Waking up everyday doing what you love; there is no better way to make a living. Sometimes, that means figuring out how to enjoy accounting, picking up a camera, running a marathon or drawing dark twisted characters that stem from a ridiculously cool nightmare. Case in point, check out Uzi Emperado’s art. God only knows what goes on inside his brain! Actually, here’s your chance for a sneak peek. Find out how he got started, what kind of attitude he has towards his art and other tidbits (cats!).

For those who aren’t familiar with him, scroll down the page and check out his art. Scared yet?

032: How did you get started making a living drawing things that upsets moms? How did you become a freelance illustrator?

Uzi: I got introduced to freelance illustration and the art of t-shirt design when a friend and fellow artist, Nicolo of Nick Auto asked me to paint murals on the walls of his tee store (then Venom3 clothing). That was three summers ago, shortly after deciding to quit college indefinitely. I researched more on the subject, worked hard from there, and the rest is history.

It’s a lucrative industry if you know how to do it right, but I was never after the money. I fell in love with the idea that I get to do what I love, that is, to draw what I want at my own pace (even the most horrifying images) and make a living out of it as a result: Be my own boss.

032: In your website, there’s a list of clients. For the uninitiated, who are most of your clients? How did you get them?

Uzi: Brands and bands, but mostly musicians who play heavy music. I started out approaching the bands that I like and slowly built my portfolio from there. Shortly afterwards, people started noticing my body of work, and then several clients approached me to design for them.

One thing I’ve learned early on, and would like to stress to aspiring artists, is to never let yourself and your art be exploited, just because the client you’re working for is your favorite band. It shouldn’t be a big deal, because designing for your favorite band doesn’t make you a band member, nor nearly as popular.


032: You seem to have a very distinct style in your work, how would you describe it in words?

Uzi: I let my art speak for itself, but other people like to use the term “highly-detailed” to describe my work. I do not always aim to make “highly-detailed” drawings. Rather, it is a result of how hyperactive and manic I can get when I’m in the mood to draw.

032: You talk a lot about Godmachine, how has he helped and influenced what you do?

Uzi: Do I? Haha. I don’t know if I truly talk about him a lot, but I do talk to him almost every day because he is a great friend, possibly greater than anyone I’ve met in person.

There are similarities between his art and mine, and people have constantly pointed that out. He inspires me as a person. But his art has little influence on mine than most people think. To me, the secret to staying inspired is to look for the source of inspiration elsewhere. The similarities come as a result of both of us having the same train of thought and philosophy; liking the same things; sharing the same love for cats, cheesecake, coffee, and Joshua Belanger’s art.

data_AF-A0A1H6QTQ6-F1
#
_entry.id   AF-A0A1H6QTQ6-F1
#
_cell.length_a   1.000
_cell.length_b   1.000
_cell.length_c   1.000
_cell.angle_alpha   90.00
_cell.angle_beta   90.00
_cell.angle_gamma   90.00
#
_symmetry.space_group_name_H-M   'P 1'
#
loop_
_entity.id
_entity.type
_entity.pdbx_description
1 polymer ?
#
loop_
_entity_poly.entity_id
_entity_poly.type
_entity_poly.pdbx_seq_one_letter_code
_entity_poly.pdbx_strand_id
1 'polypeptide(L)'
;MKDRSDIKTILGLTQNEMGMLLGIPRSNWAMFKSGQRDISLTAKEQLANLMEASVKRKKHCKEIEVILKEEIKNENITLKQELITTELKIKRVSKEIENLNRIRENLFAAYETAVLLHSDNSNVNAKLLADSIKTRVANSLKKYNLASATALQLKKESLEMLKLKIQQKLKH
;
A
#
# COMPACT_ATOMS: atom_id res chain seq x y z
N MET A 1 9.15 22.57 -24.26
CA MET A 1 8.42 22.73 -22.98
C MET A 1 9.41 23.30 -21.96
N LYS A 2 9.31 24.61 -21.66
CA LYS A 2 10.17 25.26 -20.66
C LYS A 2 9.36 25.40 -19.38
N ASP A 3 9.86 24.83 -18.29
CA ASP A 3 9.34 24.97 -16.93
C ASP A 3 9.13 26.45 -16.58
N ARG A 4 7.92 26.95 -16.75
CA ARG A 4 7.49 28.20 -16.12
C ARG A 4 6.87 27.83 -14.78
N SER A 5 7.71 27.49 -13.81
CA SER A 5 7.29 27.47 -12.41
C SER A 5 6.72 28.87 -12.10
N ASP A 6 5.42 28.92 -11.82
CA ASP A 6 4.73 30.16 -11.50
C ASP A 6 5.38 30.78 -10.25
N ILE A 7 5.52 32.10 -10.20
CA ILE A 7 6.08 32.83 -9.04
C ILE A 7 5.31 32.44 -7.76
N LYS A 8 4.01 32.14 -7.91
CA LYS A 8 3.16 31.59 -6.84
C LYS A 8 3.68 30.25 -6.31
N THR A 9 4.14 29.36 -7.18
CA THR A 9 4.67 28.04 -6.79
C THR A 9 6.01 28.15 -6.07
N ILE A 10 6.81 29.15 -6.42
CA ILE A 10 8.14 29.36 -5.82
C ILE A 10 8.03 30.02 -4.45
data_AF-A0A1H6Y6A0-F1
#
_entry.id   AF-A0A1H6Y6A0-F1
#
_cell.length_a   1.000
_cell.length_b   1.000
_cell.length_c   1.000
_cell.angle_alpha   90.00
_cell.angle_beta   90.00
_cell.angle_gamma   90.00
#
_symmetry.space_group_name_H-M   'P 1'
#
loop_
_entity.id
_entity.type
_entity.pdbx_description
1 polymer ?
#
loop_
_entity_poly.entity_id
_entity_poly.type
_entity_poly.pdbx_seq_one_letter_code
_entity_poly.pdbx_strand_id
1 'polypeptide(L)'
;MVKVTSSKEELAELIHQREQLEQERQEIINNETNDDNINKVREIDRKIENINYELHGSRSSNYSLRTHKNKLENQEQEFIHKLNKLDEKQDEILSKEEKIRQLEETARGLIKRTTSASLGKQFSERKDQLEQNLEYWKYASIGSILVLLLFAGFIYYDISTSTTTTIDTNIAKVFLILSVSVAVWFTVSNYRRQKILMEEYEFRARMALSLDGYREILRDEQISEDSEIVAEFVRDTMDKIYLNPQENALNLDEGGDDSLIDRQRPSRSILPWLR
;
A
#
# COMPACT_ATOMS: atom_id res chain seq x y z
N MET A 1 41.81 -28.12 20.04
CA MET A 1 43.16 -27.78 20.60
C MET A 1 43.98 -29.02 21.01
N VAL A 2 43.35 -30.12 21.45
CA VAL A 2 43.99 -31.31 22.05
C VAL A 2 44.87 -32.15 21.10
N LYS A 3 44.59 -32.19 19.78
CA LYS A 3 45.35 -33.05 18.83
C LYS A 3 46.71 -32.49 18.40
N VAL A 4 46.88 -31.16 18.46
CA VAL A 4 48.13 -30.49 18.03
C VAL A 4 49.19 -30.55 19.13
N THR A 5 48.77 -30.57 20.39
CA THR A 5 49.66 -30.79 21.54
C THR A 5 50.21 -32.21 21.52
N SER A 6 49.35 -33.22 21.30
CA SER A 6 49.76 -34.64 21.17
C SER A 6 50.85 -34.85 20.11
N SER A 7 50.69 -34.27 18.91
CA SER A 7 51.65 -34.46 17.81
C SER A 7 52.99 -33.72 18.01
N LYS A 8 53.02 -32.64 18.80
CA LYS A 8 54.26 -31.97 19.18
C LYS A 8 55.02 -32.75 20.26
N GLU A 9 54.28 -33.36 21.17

032: What are your top influences?

Uzi: Comic books, Renaissance & Baroque art, graffiti, tattoos, and 90’s cartoons. Fantasy & fiction literature, and The Book of Revelations.

032: Considering that you do a lot of work for bands, does music have a big role in your art?

Uzi: When people see my brand of art, my waist-long hair, and my all-black getup, they immediately think I’m a straight up metalhead – I’m not. I do love Death Metal, Thrash, and heavy music a lot, but I also love laid-back hip hop and gangsta rap just as much. Music gets me in the mood to create art, but it has very little influence on the art itself.

032: Any musical recommendations?
Danger Doom.

032: What is Black Bile?
Uzi: Black Bile is my up-and-coming independent clothing line based in Cebu featuring my work.

It is inspired by many beautiful things; expressed as iconoclastic, occult, and dark imagery through the medium of t-shirts. It celebrates the darkness in all of us.

032: How is raising your cat coming along? (haha!)

Uzi: Cats! Haha. I have three now; Snow, and her two 3-week old kittens, Ghost and Egg.

My friends tell me I’m slowly transforming into a “cat lady.” Haha! Do I really give off that vibe? I like dogs too, you know. I grew up always having dogs, and this is the first time I’ve kept a cat as a pet. With my current lifestyle, cats are just much easier to have. I have come to admire their independence and their haughty nature. As creatures of the night, cats keep me company during the hours I like to create art the most.


032: Any tips for the aspiring artist?

Uzi: Consume large amounts coffee & cheesecake, and never cut your hair.

By that I mean; expose yourself to inspiration in all its many different forms (books, movies, music, poetry, porn, etc.), and never stop making your art even if it doesn’t benefit anything other than itself.

032: Any plans on doing an art show soon?

Uzi: Not soon, but I’m getting there. At the moment, I’m focusing all my attention on my clothing line, through which I am slowly introducing my art to Cebu and its people.

032: Anything else you want to mention or talk about?

Uzi: I owe a lot to the few Cebuano friends I have for their support, so I’m paying it back by making my art, designs, and t-shirts available in the Philippines (finally!) through my clothing line, Black Bile. It launches on June 6, so like my page to stay posted, and keep an eye out for things.

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